JGBs slip ahead of 30-yr sale, first since BOJ campaign unveiled
TOKYO, April 11
TOKYO, April 11 (Reuters) - Japanese government bond prices dropped on Thursday as the Ministry of Finance offered 30-year bonds in the first auction of any maturity since the bank of Japan unveiled its radical monetary expansion scheme.
* JGBs have been highly volatile since the BOJ said a week ago that it would embark on the world's most intense monetary stimulus, which will pump about $1.4 trillion into the economy in less than two years.
* "My feeling is that there are plenty of people who want to buy 30-year bonds, but they will probably hold off and wait for the market to settle down, and watch the impact of the BOJ's move," said a fixed-income fund manager at a Japanese trust bank.
* The finance ministry offered 600 billion yen ($6.1 billion) of 30-year bonds, reopening issue number 38 with a coupon of 1.8 percent.
* Ten-year JGB futures ended morning trade sharply lower on hedge selling ahead of the sale, down 0.47 point to 143.69, after dropping as low as 143.40.
Futures also dropped sharply in evening trade on Wednesday, prompting the Tokyo Stock Exchange to briefly halt trading.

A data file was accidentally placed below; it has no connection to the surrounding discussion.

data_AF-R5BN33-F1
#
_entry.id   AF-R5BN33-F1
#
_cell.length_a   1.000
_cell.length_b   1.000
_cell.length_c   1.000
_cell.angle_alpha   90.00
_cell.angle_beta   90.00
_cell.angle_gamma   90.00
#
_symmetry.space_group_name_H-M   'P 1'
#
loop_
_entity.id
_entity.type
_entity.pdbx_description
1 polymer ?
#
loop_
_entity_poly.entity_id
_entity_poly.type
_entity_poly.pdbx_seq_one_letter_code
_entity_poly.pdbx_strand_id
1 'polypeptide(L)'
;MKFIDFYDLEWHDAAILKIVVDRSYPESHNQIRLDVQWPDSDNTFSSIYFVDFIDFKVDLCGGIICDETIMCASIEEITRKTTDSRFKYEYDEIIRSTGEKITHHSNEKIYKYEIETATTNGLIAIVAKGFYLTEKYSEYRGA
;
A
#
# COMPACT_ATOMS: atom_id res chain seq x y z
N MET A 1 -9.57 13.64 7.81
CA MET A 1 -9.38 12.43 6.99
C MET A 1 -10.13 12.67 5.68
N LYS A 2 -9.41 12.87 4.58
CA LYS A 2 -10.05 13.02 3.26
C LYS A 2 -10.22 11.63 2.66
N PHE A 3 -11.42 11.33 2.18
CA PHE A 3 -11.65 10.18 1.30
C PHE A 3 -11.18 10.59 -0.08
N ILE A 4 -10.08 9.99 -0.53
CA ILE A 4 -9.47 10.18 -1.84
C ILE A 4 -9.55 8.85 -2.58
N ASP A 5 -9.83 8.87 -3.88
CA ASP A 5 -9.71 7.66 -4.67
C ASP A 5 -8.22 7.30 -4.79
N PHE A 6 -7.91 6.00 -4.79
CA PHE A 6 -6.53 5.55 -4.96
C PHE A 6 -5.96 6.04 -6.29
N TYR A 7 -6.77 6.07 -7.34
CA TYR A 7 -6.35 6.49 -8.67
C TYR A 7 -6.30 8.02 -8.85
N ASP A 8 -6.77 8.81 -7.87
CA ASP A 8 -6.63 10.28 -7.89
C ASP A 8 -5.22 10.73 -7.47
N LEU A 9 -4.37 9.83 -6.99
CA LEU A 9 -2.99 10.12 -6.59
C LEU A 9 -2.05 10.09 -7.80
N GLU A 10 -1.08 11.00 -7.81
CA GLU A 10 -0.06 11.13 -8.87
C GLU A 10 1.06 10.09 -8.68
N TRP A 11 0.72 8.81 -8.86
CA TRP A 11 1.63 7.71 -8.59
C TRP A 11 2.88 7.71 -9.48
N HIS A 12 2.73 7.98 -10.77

* Yields on benchmark 10-year bonds added 4 basis points to 0.620 percent after earlier matching the previous session's high of 0.630 percent, their highest level in about a month. The benchmark yield plunged to a record low of 0.315 percent on Friday.
* The 30-year yield rose 3 basis points to 1.480 percent, and the 20-year yield gained 3.5 basis points to 1.395 percent.
* Short- and medium-term maturities also dropped, with the five-year yield hitting a fresh one-year high, adding half a basis point to 0.280 percent after rising as high as 0.320 percent.
The two-year yield rose 1.5 basis points to 0.135 percent after rising as high as 0.140 percent, its highest since December 2011.
- Man called Bitcoin's father denies ties, leads LA car chase
- Florida mayor fights backyard gun ranges in 'Gunshine State'
- Ukraine standoff intensifies, Russia says sanctions will 'boomerang' |
- Apple loses bid for U.S. ban on Samsung smartphone sales
- 'Everything is fine', Pistorius told guard after shooting girlfriend |